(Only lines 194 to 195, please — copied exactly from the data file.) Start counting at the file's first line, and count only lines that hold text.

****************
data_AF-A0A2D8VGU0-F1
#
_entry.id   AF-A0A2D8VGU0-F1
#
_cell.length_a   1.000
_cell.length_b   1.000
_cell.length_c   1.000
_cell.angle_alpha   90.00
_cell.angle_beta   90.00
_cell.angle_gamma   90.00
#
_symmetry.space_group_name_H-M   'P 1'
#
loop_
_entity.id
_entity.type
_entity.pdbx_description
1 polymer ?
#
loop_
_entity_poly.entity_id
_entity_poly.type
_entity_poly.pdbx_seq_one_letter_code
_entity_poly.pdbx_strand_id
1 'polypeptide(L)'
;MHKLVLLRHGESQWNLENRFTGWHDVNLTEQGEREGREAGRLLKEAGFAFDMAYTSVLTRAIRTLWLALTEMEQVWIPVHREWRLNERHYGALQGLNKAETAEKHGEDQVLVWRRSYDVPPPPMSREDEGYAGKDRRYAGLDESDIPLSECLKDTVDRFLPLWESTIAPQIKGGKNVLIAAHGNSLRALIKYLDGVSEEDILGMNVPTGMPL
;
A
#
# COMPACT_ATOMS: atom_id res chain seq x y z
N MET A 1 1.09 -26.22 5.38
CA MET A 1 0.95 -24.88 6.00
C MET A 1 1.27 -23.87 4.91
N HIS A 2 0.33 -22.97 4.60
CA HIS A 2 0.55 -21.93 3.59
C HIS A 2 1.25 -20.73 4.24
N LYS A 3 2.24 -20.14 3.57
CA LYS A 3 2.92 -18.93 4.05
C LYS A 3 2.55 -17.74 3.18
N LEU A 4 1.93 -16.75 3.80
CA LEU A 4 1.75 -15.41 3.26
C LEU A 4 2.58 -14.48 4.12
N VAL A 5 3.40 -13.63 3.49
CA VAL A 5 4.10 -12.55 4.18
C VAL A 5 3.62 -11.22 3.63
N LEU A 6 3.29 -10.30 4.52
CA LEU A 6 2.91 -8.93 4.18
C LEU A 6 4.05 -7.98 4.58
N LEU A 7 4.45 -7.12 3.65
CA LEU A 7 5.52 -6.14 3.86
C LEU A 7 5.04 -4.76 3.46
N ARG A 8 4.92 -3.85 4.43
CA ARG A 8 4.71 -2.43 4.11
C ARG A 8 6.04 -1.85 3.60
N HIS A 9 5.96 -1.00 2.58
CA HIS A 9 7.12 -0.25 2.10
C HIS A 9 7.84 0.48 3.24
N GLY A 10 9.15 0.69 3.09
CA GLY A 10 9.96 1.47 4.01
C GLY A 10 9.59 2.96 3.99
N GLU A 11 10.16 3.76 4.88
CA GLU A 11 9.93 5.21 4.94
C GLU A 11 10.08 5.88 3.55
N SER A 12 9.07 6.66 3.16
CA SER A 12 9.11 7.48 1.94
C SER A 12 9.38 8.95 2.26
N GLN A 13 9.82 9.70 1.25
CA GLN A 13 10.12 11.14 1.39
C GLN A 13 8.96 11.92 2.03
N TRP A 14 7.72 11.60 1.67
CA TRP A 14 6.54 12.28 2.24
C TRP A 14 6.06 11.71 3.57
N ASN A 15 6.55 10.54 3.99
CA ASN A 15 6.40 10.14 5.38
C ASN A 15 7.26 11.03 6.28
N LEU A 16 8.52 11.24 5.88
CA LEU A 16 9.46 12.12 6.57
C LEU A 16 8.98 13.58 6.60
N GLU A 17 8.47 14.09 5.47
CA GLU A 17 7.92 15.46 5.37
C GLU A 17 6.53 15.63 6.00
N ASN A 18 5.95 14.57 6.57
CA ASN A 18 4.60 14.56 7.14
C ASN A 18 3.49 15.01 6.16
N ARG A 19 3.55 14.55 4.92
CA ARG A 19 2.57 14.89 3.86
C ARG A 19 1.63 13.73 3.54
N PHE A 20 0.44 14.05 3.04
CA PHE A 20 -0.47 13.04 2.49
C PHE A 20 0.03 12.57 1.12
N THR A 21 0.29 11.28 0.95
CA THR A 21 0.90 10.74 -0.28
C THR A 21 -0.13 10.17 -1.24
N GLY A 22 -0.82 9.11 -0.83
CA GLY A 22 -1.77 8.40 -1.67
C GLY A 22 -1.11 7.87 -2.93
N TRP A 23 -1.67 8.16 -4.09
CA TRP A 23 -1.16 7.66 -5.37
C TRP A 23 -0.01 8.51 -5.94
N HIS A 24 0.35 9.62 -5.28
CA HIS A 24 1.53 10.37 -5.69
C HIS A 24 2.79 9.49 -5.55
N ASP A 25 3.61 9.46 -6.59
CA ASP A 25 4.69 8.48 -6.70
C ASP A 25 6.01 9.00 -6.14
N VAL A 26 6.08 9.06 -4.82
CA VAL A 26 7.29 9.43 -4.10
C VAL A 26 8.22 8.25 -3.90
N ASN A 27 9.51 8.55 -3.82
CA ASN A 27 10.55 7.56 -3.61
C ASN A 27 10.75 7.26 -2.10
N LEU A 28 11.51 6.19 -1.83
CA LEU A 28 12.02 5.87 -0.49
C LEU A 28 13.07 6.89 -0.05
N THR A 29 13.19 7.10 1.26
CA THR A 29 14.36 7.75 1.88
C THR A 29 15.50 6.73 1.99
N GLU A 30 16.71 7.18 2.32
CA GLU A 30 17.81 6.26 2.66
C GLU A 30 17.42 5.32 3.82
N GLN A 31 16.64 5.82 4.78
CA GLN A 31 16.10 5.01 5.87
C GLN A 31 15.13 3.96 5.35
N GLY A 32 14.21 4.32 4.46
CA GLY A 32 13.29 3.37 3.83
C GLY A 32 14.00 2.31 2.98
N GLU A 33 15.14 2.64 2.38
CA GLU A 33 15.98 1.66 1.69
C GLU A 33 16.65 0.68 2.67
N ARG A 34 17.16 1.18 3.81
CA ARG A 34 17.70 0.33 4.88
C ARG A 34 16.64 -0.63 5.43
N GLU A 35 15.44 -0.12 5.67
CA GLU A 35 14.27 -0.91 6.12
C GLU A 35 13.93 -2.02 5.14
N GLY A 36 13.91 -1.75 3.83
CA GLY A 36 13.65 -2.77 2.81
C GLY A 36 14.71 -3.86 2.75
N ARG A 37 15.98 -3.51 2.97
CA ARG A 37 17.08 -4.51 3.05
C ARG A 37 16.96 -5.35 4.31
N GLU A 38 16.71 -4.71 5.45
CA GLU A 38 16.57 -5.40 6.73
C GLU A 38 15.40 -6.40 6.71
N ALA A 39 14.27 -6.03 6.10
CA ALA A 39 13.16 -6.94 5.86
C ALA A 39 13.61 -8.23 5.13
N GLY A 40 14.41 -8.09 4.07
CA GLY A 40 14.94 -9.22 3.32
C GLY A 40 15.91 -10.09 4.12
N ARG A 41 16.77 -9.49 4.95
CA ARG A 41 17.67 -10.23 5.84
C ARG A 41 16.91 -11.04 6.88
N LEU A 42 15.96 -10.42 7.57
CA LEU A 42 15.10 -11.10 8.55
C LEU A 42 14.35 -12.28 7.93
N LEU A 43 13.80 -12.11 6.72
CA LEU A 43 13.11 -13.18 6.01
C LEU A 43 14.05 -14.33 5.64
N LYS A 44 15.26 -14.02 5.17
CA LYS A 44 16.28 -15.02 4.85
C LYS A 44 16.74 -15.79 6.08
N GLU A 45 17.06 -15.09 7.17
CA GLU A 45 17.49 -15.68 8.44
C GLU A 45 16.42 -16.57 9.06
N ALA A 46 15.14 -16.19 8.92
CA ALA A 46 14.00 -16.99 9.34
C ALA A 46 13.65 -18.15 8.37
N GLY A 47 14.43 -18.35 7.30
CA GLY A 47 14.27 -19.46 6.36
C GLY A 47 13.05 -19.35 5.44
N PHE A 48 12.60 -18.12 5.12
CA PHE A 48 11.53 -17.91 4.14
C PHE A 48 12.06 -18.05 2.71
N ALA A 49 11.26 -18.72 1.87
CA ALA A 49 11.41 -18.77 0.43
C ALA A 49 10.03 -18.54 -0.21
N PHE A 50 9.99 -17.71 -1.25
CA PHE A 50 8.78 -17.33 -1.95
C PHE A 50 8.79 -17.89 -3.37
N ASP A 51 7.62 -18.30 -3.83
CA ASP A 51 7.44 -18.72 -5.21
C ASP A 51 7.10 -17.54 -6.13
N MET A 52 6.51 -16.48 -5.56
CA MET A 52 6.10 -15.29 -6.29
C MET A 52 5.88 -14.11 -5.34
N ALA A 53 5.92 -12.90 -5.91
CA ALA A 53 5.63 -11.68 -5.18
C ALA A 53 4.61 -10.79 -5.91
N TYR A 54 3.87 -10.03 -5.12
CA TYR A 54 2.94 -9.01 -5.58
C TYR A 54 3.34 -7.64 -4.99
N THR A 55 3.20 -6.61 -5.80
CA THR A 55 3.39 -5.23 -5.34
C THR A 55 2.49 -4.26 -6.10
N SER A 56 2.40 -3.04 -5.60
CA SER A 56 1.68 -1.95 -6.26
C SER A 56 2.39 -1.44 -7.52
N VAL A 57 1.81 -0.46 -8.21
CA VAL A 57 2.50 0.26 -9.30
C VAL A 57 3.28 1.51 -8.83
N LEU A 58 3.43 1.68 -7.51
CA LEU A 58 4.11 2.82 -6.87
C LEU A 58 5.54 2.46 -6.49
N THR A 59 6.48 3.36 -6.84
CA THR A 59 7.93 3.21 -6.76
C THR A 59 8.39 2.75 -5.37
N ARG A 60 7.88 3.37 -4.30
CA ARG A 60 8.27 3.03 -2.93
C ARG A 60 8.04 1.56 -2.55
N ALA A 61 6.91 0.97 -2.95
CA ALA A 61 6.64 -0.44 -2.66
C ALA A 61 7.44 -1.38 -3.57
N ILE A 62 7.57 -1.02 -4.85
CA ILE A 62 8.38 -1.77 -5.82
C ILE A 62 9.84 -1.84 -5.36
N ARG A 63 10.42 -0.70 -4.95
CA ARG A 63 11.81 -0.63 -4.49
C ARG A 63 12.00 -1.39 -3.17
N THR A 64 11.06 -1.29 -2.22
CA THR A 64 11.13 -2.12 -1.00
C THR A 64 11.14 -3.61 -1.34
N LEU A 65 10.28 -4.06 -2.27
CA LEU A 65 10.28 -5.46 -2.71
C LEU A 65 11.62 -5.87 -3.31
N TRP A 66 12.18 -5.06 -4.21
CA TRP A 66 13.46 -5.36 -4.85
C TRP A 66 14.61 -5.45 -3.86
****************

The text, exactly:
CA THR A 55 3.39 -5.23 -5.34
C THR A 55 2.49 -4.26 -6.10